Young authors explain sexuality

  • May 28, 2009
{mosimage}Sexuality is an inescapable topic, yet teens just aren’t being given the tools to evaluate their relationships properly, say the authors of a new book for Catholics called How Far Can We Go?

“Kids don’t like scare tactics, so if you tell them they might get pregnant or get AIDS, it often doesn’t help — it basically reinforces the idea that if you don’t get AIDS or get pregnant then there’s no problem. But if you say it’s bad for your relationship... and if you find out what level of intimacy is appropriate to you, that’s much better than saying here’s what not to do,” said co-author Brett Salkeld.

Salkeld, together with Leah Perrault, spent more than five years talking to teens in the Toronto area about Catholic sexuality under the name Tobias and Sarah Ministries. How Far Can We Go? came into fruition after years of hearing parents and teens say they wanted something concrete to take home.

“Someone would always come up and say my friend or my daughter couldn’t come tonight but he/she really needs to hear this,” Salkeld said.

Salkeld is a doctoral student in theology at Regis College and Perrault is the director of pastoral services for the diocese of Saskatoon and a masters student in theology. Both writers, in their late 20s, are married, although not to each other, and have children. At a younger age, they wrote for The Catholic Register’s Youth Speak News program.

Their interest in knowing more about church teaching on sexuality led them to study the late Pope John Paul II’s theology of the body extensively during the pursuit of their degrees.

Their new book, while it engages the young reader to think about why sex before marriage can damage a relationship, also encourages them to pursue and examine the aspects that are necessary for a healthy relationship: intellectual, emotional, social and physical. The reader must ultimately ask themselves if what they’re doing is hurting or helping their relationship.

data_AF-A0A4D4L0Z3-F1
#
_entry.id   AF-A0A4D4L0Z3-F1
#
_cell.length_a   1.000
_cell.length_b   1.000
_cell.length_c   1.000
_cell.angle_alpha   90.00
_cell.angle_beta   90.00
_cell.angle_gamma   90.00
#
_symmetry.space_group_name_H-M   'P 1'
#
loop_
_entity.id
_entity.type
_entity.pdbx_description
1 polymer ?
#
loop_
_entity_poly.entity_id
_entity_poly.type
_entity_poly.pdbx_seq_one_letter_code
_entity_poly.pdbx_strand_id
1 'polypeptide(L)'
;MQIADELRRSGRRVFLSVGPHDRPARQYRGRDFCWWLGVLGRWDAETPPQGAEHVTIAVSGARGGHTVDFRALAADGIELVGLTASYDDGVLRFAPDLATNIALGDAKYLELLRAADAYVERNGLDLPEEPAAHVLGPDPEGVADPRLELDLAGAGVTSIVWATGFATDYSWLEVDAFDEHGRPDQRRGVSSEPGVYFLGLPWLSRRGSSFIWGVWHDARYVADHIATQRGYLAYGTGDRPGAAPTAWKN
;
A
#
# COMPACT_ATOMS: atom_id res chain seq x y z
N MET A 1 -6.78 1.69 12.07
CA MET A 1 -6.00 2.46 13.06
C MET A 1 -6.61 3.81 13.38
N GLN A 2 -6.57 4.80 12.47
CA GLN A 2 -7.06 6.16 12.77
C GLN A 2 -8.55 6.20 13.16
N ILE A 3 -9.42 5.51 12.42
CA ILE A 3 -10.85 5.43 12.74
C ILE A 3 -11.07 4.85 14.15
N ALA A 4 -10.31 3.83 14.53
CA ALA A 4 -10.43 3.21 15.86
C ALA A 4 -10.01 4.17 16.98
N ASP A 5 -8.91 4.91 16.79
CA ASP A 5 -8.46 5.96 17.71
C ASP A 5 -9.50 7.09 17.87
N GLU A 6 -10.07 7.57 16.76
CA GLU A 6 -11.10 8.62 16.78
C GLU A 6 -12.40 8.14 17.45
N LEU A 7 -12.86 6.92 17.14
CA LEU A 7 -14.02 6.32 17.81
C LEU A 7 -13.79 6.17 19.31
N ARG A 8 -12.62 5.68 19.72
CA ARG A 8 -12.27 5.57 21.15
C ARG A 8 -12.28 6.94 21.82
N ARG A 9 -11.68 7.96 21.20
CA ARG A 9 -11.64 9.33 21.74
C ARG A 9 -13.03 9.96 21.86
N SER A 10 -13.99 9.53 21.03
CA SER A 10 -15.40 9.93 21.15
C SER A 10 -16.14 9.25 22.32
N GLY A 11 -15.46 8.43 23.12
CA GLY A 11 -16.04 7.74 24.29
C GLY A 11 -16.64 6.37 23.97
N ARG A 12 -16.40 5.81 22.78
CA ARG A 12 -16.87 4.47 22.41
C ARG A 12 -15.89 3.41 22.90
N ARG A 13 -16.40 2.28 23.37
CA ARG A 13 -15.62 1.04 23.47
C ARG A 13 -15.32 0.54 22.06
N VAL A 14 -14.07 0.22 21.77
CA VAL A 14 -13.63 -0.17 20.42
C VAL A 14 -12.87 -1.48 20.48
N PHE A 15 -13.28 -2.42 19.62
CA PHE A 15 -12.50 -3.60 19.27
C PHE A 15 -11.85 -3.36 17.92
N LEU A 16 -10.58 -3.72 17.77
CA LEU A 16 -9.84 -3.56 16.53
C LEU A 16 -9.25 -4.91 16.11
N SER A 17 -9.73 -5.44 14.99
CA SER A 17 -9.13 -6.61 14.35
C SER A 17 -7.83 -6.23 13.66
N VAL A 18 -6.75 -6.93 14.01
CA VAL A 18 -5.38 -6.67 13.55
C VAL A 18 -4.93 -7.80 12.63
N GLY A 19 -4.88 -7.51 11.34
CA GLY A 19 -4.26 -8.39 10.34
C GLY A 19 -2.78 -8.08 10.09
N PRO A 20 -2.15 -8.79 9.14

Perrault, who grew up in rural Saskatchewan, said the language used in Christian circles when she was a teen, although effective in helping her to happily practise her faith, weren’t effective enough in helping young people navigate healthy relationships.

“There had to be a middle between ‘I kissed dating goodbye’ and sex,” she said. “Give kids coherent ways to think about things in relation to what they’ve experienced.”

Answers she would get as a teen that “sex is bad” yet “married sex is great” seemed “kind of schizophrenic,” she said. Instead, she and Salkeld deliver a message about sexuality that reinforces why people should not have pre-marital sex while discussing the consequences of “going too far” in other expressions of sexuality and how to set reasonable limits.

Discernment, communication and setting “soft lines” are key, the book teaches, but youth must also understand that certain actions are sinful and to be avoided. Perrault and Salkeld also included a chapter on how to strive for chastity within a marriage.

The book, reviewed by ethicists and priests, might also appeal to educators who could use sections of the book in their lesson plans, he added. 

The book was launched at The National Theology of the Body Conference in Saskatoon June 5-7 and is  available through Novalis ( ).

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